We run to get to another place.

“That’s what we writers do. We write to get to another place.”

-Delia Ephron

I listen to NPR in the car. Now, most people listen to NPR to get their news… I, on the other hand, mostly listen to NPR for the smart quiz shows, pop culture commentary, and stories about this american life. (I say mostly because I do, in fact, listen to the news as well.)

Most recently I was listening to the newest episode of “Ask Me Another,” a quiz show with puzzles and word games, and their VIP (Very Important Puzzler) was Delia Ephron. The host was asking her about writing her most recent book, in which she writes about the period of her life in which her sister, Nora, died. She was asked if that was difficult to do. I loved her answer.

Delia responded that yes, it was hard, but she was so lost after her sister had died that she had to write about it. Because that’s what writers do- they write to get to another place. For her, and for many other writers, this meant moving to a place in which she could process and heal. This resonated a lot with me. I find that I am most motivated to write when I need to process something. When I need to work through an issue, an emotion, a state of mind/life, or an idea to the very end. It’s just something I do, and it’s why I feel accomplished after writing a blog post or short story or essay. I worked it out, and now I’m in a different place than I was when I began.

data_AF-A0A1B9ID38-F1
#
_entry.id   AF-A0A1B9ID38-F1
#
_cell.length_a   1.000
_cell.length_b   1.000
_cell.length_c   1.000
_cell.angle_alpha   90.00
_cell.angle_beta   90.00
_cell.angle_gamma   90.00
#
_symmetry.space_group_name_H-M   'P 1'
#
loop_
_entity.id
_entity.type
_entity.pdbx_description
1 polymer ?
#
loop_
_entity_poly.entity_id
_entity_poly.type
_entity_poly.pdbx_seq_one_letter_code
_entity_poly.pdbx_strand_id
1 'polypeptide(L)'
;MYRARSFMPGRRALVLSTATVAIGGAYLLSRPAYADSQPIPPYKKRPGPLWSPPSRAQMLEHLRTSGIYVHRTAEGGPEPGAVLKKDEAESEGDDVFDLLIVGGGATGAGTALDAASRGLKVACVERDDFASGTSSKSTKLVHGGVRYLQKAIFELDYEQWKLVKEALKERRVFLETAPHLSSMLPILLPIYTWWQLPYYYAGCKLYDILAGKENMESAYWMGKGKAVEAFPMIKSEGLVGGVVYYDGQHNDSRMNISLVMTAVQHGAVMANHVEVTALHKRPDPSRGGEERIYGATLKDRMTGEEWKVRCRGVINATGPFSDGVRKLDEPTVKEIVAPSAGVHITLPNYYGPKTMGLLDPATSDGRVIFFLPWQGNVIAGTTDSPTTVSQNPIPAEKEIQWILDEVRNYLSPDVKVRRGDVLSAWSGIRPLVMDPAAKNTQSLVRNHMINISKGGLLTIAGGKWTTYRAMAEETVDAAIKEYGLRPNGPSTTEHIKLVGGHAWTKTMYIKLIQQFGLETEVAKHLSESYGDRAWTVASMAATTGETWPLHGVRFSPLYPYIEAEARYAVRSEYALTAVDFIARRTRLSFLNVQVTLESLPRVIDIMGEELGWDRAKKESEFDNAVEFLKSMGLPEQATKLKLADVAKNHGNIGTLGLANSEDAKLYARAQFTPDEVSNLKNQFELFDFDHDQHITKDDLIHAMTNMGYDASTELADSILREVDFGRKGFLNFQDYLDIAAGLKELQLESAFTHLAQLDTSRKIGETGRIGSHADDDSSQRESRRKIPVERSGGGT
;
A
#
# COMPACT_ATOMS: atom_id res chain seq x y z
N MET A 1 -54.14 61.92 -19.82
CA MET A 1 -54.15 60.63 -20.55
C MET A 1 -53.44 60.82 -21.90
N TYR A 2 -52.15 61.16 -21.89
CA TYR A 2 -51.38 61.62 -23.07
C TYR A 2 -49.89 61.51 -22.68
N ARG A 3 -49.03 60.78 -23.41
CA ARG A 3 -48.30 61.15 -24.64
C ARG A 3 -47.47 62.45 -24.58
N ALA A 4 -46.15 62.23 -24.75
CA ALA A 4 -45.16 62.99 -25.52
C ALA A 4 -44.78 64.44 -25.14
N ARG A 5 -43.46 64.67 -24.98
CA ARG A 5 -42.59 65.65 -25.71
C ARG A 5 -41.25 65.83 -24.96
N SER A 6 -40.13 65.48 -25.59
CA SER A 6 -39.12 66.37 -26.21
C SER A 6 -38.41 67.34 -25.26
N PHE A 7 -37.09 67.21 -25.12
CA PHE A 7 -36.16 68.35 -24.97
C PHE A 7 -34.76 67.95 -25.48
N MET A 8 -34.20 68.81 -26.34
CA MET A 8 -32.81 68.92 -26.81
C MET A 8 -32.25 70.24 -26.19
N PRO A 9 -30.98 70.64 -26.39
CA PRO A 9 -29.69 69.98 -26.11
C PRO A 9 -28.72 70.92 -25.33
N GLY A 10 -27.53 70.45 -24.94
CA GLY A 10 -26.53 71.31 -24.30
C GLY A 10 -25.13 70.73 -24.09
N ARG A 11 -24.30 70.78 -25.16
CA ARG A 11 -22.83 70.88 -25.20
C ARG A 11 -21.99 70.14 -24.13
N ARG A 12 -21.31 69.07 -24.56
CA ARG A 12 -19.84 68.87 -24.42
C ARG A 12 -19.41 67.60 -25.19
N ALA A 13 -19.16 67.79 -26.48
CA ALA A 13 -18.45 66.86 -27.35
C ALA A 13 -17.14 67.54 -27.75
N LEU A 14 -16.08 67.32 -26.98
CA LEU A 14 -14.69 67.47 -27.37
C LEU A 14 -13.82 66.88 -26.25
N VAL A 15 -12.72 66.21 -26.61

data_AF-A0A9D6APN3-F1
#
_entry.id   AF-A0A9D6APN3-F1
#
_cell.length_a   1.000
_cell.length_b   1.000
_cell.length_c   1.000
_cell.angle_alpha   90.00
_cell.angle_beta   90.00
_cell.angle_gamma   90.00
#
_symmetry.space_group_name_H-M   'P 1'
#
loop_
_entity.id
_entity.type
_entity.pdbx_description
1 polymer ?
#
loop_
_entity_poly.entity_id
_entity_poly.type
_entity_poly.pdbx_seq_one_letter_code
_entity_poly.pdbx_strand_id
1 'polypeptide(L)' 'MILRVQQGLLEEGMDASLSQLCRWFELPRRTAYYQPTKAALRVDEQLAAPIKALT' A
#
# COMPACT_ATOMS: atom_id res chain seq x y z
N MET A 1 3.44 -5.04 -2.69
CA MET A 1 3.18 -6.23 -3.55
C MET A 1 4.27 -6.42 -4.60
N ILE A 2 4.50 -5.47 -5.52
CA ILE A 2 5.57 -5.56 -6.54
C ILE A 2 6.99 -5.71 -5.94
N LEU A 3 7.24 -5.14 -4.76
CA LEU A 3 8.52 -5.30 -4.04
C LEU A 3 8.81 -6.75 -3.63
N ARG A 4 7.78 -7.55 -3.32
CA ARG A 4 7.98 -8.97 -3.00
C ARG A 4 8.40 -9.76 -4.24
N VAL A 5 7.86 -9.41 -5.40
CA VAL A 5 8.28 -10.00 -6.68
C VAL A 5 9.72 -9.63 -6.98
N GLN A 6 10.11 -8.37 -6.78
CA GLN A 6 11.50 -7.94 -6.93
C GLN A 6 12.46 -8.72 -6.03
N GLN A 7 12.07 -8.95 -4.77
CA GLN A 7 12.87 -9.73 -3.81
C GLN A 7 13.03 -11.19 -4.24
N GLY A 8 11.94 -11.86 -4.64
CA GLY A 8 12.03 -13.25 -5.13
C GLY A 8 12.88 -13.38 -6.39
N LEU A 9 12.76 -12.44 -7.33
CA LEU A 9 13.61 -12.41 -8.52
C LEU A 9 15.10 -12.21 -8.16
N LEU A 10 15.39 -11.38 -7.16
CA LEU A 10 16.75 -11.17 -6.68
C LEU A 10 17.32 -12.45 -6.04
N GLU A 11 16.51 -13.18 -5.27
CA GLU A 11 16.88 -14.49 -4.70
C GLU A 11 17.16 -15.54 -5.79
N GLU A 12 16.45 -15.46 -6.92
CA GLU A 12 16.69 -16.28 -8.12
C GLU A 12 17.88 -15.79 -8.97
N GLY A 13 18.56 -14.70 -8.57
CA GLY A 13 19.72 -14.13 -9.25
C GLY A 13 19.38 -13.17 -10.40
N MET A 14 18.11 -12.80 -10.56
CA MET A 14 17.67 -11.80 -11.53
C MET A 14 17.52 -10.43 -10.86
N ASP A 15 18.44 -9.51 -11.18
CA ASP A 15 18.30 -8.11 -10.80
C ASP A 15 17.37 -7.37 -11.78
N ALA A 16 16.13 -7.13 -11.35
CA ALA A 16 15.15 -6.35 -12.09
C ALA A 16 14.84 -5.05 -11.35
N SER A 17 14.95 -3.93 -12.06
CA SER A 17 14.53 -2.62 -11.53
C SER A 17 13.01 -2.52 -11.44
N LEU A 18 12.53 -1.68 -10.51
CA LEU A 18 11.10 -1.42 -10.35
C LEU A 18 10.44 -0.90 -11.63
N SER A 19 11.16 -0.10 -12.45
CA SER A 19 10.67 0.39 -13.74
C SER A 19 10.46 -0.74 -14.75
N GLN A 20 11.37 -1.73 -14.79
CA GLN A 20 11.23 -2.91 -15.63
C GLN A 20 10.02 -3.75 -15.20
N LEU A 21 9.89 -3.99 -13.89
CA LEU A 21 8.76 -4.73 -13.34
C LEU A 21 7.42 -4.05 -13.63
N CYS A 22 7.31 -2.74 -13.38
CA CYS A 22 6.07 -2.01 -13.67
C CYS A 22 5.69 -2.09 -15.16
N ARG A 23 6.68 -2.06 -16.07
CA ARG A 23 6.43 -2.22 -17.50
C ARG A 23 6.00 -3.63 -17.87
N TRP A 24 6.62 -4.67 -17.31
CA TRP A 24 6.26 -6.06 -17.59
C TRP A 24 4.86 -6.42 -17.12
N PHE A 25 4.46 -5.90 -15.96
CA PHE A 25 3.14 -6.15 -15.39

This is true with running as well, which is probably why this blog is tied really closely to my running. When I decided to undertake the goal of running 365 miles last year, one of the first and best ways I knew to tackle that goal would be to write about it along the way. Because that’s what writers do.

That’s also what runners do. In both a physical and metaphorical sense, runners run to get to another place. I run for many reasons, but the end goal is typically the same– I’m in a new place at the end, emotionally, spiritually, and physically. There have been many days where I have battled my way out the door, but once I return 30-40 minutes later, I am a new person. Or, at least, a better version of myself.

Running and writing take me to new places, both within myself and within my world, and I think I understand why my success at both is often tied together. I get ideas for writing when I run. I run to get myself to a better place to write. I was writing a lot more when I was first learning to run, because I had more time to think, more time to breathe, more energy to get it done. I was going new places, becoming a better version of myself along the way. And the best way to process this journey? To write about it.

As I sit here in the never-ending-and-coldest-winter-ever, I am inspired to go new places. I have goals this year for both my running and my writing, and I hope to be able to work on both at the same time– and I seem to be built for doing just that.

So here’s to new journeys. To going to another place.

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